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Ankita Katdare
Ankita Katdare • Apr 5, 2015

Caltech Brings New Camera Chip To Capture High-Res 3D Images

If you have been following up with the recent trend in research work by engineers across the world, you might've noticed that 3D printing has become a common thread globally. People have started believing that making exact replicas of an object is now possible for any end user. It seems that Caltech researchers want to help you take a step further, by bringing the power of capturing high resolution 3D images to your smartphone. These 3D images can be sent to a 3D printer and the exact copy of your desired object will start forming in front of your eyes. The latest research work from Caltech University has spun out a new camera chip that lets a tiny high-resolution 3-D imager sit inside the comfort of your mobile device aka smartphone or tablet.

In the Caltech labs, Mr. Ali Hajimiri, the Thomas G. Myers Professor of Electrical Engineering in the Division of Engineering and Applied Science, together with his team have developed a small size, cheap new device known as a nano-photonic coherent imager (NCI) that uses a silicon chip (having size < 1 mm²) to come up with the highest depth measuring accuracy among its peers.

Different from the regular camera's images, whose pixels do not provide any data about the relative distance of the object from the camera, the new camera chip from Caltech has the capability of providing every pixel in the image with data about the distance as well as intensity of the object being captured. This data paves the way for clicking high-resolution 3D images from a smartphone's rear camera.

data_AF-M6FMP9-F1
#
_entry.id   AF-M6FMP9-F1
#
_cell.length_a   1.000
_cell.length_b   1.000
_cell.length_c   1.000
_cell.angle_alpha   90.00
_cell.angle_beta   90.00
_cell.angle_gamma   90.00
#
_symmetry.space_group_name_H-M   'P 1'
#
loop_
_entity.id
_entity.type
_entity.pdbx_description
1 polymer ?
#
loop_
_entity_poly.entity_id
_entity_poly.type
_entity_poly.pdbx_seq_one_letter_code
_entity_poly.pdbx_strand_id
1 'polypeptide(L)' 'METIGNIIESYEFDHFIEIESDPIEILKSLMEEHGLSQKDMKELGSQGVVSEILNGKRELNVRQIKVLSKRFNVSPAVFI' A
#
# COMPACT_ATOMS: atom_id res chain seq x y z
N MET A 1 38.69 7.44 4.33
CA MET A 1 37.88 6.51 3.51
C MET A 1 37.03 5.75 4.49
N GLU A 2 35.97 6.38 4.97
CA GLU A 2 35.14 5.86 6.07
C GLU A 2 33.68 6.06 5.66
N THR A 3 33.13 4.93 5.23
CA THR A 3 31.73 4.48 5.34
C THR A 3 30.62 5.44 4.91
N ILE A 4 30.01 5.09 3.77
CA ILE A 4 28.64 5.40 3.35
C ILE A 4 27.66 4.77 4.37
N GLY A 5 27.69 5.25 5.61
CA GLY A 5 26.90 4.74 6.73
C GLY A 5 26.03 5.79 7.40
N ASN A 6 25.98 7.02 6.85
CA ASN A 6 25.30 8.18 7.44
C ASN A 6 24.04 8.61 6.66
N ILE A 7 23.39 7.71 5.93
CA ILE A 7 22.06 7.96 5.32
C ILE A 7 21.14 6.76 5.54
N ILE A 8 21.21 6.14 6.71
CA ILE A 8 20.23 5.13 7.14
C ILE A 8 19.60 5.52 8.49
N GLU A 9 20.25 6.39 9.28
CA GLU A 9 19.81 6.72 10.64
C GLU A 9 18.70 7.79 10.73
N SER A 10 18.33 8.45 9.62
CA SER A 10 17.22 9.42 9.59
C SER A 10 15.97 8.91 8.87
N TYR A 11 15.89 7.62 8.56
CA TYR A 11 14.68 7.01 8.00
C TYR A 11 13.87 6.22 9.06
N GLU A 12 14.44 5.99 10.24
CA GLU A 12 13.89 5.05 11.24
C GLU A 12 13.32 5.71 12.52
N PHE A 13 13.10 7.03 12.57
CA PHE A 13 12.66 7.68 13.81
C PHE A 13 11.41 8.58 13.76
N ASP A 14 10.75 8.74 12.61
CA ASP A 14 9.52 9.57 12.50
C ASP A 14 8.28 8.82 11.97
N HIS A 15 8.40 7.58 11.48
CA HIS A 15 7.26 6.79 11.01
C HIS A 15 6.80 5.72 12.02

Using the well-established remote sensing technology known as LIDAR that measures distance by illuminating a target with a laser and analyzing the reflected light, the team setup an array of LIDAR units on their coherent imager to simultaneously capture different parts of an object or a scene.

camera-chip-superfine-3d-resolution-caltech-research
Caltech's NCI chip was used in a camera to capture the above 3D image which demonstrates the height of a US penny. The image was captured from ~ 1.5 feet away from the penny.​

The team owes their success with this 3D HD images to the optical concept known as 'coherence'. This property of light acts as a super precise ruler in the chip to measure the size of the object and the distance of each point on the object from the camera. This light is later converted into an electrical signal, which in turns creates the 3-dimensional image.

The 3D image, generated as a result of the first proof of concept of the NCI chip, produces only be 16 pixels at any given instance. However, the researchers also went on to develop a method for capturing larger objects in the camera by first imaging a 4 px X 4 px section, then moving the object in 4 px increments to image the next section.

The Caltech researchers are currently working on developing this technology further and are envisioning a future where large numbers of super-small LIDAR arrays pave the way for super precise 3D imaging, scanning and printing. The applications of such high-res 3D images are immense. Right from being able to detecting the slightest movements of a patient's eyes to helping avoid collisions in driverless cars and improving motion sensitivity in superfine human-machine interfaces to getting alerted on the minutest change in a sick person's heartbeat, the sky is the limit to put such a technology in real use.

What are your thoughts on the arrival of such a camera chip in everyday use? Let us know your opinions in comments below.

Source: Caltech Research

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